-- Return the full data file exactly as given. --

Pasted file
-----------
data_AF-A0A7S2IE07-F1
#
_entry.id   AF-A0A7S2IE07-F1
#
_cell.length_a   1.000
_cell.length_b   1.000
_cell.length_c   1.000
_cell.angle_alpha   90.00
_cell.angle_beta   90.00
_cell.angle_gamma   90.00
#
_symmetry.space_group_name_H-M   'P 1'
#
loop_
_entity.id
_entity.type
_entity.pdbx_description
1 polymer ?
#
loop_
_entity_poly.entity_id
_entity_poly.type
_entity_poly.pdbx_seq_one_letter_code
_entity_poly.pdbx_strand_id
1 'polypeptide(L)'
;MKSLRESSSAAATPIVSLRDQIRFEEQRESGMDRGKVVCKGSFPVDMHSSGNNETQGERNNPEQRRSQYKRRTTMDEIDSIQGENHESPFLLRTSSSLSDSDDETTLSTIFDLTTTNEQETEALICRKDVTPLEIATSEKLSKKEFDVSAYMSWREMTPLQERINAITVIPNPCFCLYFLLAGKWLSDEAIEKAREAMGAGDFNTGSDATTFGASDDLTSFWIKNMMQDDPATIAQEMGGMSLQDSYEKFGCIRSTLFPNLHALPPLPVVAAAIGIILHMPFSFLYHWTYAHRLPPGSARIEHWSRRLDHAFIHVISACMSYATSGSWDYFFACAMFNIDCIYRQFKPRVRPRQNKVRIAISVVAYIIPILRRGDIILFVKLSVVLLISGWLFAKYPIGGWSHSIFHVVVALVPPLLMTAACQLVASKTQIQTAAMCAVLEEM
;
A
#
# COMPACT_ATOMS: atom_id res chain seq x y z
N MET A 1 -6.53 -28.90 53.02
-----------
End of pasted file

data_AF-A0A7S2IE07-F1
#
_entry.id   AF-A0A7S2IE07-F1
#
_cell.length_a   1.000
_cell.length_b   1.000
_cell.length_c   1.000
_cell.angle_alpha   90.00
_cell.angle_beta   90.00
_cell.angle_gamma   90.00
#
_symmetry.space_group_name_H-M   'P 1'
#
loop_
_entity.id
_entity.type
_entity.pdbx_description
1 polymer ?
#
loop_
_entity_poly.entity_id
_entity_poly.type
_entity_poly.pdbx_seq_one_letter_code
_entity_poly.pdbx_strand_id
1 'polypeptide(L)'
;MKSLRESSSAAATPIVSLRDQIRFEEQRESGMDRGKVVCKGSFPVDMHSSGNNETQGERNNPEQRRSQYKRRTTMDEIDSIQGENHESPFLLRTSSSLSDSDDETTLSTIFDLTTTNEQETEALICRKDVTPLEIATSEKLSKKEFDVSAYMSWREMTPLQERINAITVIPNPCFCLYFLLAGKWLSDEAIEKAREAMGAGDFNTGSDATTFGASDDLTSFWIKNMMQDDPATIAQEMGGMSLQDSYEKFGCIRSTLFPNLHALPPLPVVAAAIGIILHMPFSFLYHWTYAHRLPPGSARIEHWSRRLDHAFIHVISACMSYATSGSWDYFFACAMFNIDCIYRQFKPRVRPRQNKVRIAISVVAYIIPILRRGDIILFVKLSVVLLISGWLFAKYPIGGWSHSIFHVVVALVPPLLMTAACQLVASKTQIQTAAMCAVLEEM
;
A
#
# COMPACT_ATOMS: atom_id res chain seq x y z
N MET A 1 -6.53 -28.90 53.02